“Only ten minutes until departure to Hell’s Barracks.” The jokers laughed. How quaint—in their nervous reaction to waiting, they’d given a nickname to the home of the recruit squadron. I’d read my letter loads of times and knew it was Helles with an ‘e’, but I didn’t know how it should be pronounced.
I was confident that the two guys with stripes had made a mental note of the comedians. I had no desire to be a comedian, at least not until I’d survived the training. Humour, usually my companion, might be suppressed for some time to come.
Unless looking at him at the time, there was confusion as to the source of the voice. Many of us would later agree that it sounded as if it had boomed from three or four directions at once, amplified through a couple of loudspeakers. It was, of course, one of the two non-commissioned officers (NCOs).
“Listen up gentlemen!” The guy scowled at every breathing creature within his gaze. “I am Corporal Cameron.” He paused to glare at a small group of guys who were all smoking. “If you are going to Helleez Barracks, 11th Signal Regiment .…” He paused again. “I will be calling out your names.” Cpl Cameron turned to glare at the group who’d been amusing themselves with the name of the barracks.
Some of the regular rail passengers and staff were looking and listening—no doubt relieved to have nothing to do with the proceedings. A couple of them smiled. Bastards.
The NCO was aware he had the attention of every English-speaking person, and no doubt a few foreigners, within a hundred yards.
Cpl Cameron smirked before he continued. “When you hear your name, acknowledge by shouting, here. Pick up your baggage. Corporal Smith will direct you to the transport.”
On cue at the mention of his name, Cpl Smith stepped forward, head turning slowly, left to right and back again. The studs on his boots clicked on the concrete paving outside the station Waiting Room. The man stood for a moment, squinting as he glared at each group, and then at a few individuals.
Like his colleague’s, Cpl Smith’s eyes were almost obscured by the peak of his hat. He surveyed us from under the small, shiny, black surface. The man’s head was tilted back a little, so there was a tight crease of skin at the back of his neck pressed against his starched collar.
The ribbed, heavy-wool pullover fitted him snugly around the chest, and it had to be a large size pullover. His waist was narrow and pronounced by the broad shiny black belt with square silver buckle. The creases in his green denim trousers were sharper than the razor I’d used the day before for the first time. When I saw the shine of his boots, I stared for a moment. They had a reflection like a mirror.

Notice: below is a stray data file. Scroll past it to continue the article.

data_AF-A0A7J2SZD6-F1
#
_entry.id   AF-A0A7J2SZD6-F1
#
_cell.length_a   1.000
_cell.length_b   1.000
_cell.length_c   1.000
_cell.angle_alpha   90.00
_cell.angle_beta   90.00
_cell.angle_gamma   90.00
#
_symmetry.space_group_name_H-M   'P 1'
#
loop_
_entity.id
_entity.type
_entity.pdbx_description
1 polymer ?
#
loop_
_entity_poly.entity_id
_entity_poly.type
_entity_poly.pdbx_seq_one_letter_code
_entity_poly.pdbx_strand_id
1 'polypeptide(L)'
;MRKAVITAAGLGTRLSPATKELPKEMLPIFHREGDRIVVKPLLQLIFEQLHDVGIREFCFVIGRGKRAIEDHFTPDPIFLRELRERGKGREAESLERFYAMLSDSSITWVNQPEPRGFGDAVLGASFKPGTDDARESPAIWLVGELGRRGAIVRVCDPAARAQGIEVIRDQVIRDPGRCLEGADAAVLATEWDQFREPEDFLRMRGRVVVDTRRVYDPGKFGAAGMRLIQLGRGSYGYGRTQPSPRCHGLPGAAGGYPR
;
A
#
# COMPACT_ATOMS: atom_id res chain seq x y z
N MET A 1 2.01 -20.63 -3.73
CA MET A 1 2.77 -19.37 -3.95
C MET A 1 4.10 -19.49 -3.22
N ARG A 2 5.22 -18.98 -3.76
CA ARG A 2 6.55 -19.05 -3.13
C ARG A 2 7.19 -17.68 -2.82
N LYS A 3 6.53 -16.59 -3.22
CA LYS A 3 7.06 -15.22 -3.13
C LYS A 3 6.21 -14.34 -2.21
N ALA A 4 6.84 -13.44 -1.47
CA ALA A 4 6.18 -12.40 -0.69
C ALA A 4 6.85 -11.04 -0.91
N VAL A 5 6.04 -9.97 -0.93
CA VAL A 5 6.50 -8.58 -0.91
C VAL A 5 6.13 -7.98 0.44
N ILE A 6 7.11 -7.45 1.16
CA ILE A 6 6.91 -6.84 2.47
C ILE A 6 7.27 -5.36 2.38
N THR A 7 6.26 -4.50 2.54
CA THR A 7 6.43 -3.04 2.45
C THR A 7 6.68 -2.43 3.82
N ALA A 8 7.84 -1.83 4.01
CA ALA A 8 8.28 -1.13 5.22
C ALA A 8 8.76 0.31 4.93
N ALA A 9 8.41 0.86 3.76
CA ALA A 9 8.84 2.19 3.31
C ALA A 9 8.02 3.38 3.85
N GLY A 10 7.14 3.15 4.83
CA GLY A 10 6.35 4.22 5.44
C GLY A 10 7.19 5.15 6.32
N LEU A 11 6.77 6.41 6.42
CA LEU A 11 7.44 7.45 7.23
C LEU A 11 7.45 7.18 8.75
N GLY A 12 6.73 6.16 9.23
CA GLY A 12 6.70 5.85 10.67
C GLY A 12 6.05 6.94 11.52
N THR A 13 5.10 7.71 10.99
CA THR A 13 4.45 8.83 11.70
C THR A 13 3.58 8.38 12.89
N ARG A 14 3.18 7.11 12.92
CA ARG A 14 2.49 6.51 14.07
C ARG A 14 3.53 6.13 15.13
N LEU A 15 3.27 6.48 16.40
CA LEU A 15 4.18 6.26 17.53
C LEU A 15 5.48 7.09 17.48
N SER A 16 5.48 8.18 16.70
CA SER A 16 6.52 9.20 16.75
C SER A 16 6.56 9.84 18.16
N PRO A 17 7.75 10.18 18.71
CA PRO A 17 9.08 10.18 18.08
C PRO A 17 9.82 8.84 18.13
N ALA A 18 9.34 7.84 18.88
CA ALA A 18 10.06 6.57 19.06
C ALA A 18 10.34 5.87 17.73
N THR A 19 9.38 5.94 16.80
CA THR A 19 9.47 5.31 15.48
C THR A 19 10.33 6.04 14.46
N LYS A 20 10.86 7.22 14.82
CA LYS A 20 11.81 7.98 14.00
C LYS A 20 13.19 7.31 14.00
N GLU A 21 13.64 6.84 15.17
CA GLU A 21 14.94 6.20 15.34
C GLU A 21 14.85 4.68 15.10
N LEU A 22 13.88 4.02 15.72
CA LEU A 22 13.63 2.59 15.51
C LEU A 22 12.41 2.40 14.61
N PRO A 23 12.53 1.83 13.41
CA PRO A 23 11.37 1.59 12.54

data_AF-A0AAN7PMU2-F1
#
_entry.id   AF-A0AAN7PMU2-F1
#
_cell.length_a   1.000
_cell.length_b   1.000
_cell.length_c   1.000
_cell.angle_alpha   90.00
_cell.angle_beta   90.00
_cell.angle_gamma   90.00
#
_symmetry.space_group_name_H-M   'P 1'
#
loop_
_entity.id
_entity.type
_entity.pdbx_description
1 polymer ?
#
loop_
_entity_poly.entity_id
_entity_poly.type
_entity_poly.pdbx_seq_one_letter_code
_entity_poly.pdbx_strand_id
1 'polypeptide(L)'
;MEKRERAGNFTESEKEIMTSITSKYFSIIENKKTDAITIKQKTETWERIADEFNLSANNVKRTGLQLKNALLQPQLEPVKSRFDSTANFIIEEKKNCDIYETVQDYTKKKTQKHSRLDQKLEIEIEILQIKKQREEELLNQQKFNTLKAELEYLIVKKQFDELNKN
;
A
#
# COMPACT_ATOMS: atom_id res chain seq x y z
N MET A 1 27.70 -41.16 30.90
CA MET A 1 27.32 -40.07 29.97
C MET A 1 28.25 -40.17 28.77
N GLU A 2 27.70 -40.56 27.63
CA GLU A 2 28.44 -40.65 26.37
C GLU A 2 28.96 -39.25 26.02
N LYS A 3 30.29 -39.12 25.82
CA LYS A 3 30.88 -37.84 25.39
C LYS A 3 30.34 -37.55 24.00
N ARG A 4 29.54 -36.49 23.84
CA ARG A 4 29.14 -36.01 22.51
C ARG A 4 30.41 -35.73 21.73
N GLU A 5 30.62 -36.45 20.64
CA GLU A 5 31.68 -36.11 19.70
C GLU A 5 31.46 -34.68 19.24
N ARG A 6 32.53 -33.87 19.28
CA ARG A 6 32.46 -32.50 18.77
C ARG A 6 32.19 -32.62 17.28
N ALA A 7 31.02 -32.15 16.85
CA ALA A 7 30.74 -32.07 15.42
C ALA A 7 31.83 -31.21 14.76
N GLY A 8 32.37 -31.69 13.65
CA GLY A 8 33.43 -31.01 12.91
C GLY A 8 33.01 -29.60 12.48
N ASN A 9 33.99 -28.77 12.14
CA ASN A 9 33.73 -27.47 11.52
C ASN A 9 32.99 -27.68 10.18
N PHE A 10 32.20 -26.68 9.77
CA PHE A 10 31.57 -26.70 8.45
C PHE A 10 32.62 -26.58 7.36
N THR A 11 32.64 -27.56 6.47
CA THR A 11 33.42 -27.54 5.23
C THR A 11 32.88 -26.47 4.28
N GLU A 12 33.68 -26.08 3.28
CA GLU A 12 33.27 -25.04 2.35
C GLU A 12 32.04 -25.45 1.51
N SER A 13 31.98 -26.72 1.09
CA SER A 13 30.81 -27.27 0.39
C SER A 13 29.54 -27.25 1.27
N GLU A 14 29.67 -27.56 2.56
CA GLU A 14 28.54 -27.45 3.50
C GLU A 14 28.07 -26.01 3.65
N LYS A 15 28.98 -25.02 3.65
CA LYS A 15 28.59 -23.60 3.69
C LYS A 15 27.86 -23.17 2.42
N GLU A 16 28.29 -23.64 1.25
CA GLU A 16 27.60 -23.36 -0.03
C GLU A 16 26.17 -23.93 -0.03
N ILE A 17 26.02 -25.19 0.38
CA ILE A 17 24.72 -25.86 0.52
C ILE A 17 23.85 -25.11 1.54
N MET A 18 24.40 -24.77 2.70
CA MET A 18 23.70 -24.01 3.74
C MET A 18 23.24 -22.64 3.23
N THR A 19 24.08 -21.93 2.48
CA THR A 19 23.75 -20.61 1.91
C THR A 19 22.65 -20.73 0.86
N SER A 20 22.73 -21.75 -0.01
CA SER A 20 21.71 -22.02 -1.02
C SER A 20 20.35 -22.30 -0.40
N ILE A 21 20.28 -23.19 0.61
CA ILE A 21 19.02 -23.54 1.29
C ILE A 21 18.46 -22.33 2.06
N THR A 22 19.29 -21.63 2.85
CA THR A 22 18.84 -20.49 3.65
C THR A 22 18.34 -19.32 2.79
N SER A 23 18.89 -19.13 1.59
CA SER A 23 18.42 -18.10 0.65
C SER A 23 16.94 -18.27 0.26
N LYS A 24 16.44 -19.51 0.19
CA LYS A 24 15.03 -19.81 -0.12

Were they black glass toecaps?
My concerns were increasing with every minute.
Cpl Smith’s gaze melted the souls of the recruits who had continued to smile. The conversation had stopped among our band of hopefuls.
Cpl Cameron gave an imperceptible nod before continuing with his personal verbal barrage. “Under Corporal Smith’s direction, you will quietly make your way down through the tunnel and out of the station. You will board one of the white buses.” He paused and glared for a moment at specific people. “There will be no smoking on the bus. Extinguish your cigarettes before you get aboard.”
I wondered if it was a personal affliction, or if all NCOs spoke in short, telegraphic sentences. Maybe it was just me, but it seemed hypocritical that we had to be quiet when the guy in charge had been causing resident pigeons to leave their roosts for the past five minutes.
An ominous silence crept over our attentive group, and whole cigarettes were crushed underfoot. I noted that Cpl Cameron, the NCO making all the noise, sounded like a fellow Glaswegian. I secretly hoped that being from Glasgow would count in my favour at some stage. If he weren’t a fellow Glaswegian—sod it, I’d pretend my entire ancestry came from his hometown.
Cpl Cameron called out a surname, paused, and then called out the first name. If there was no response instantly, he called the name again, but louder. I figured this exercise did two things for any unfortunate soul who responded following the second call.
Firstly—it frightened the living daylights out of the named individual, thus making him answer louder when he became aware of his name being called. Secondly—the repetition meant the NCO would no doubt remember the name easily later. This was probably not a good thing.
A train arrived at the nearby platform while the roll-call was underway. On top of everything else we then had the sound of the public address information, which unlike the NCO’s voice, did issue from several speakers around the waiting area.
The NCO was equal to things as pathetic as a train and, a twenty-speaker, railway station PA system. Cpl Cameron accepted the puny challenge with confidence and continued to call out names.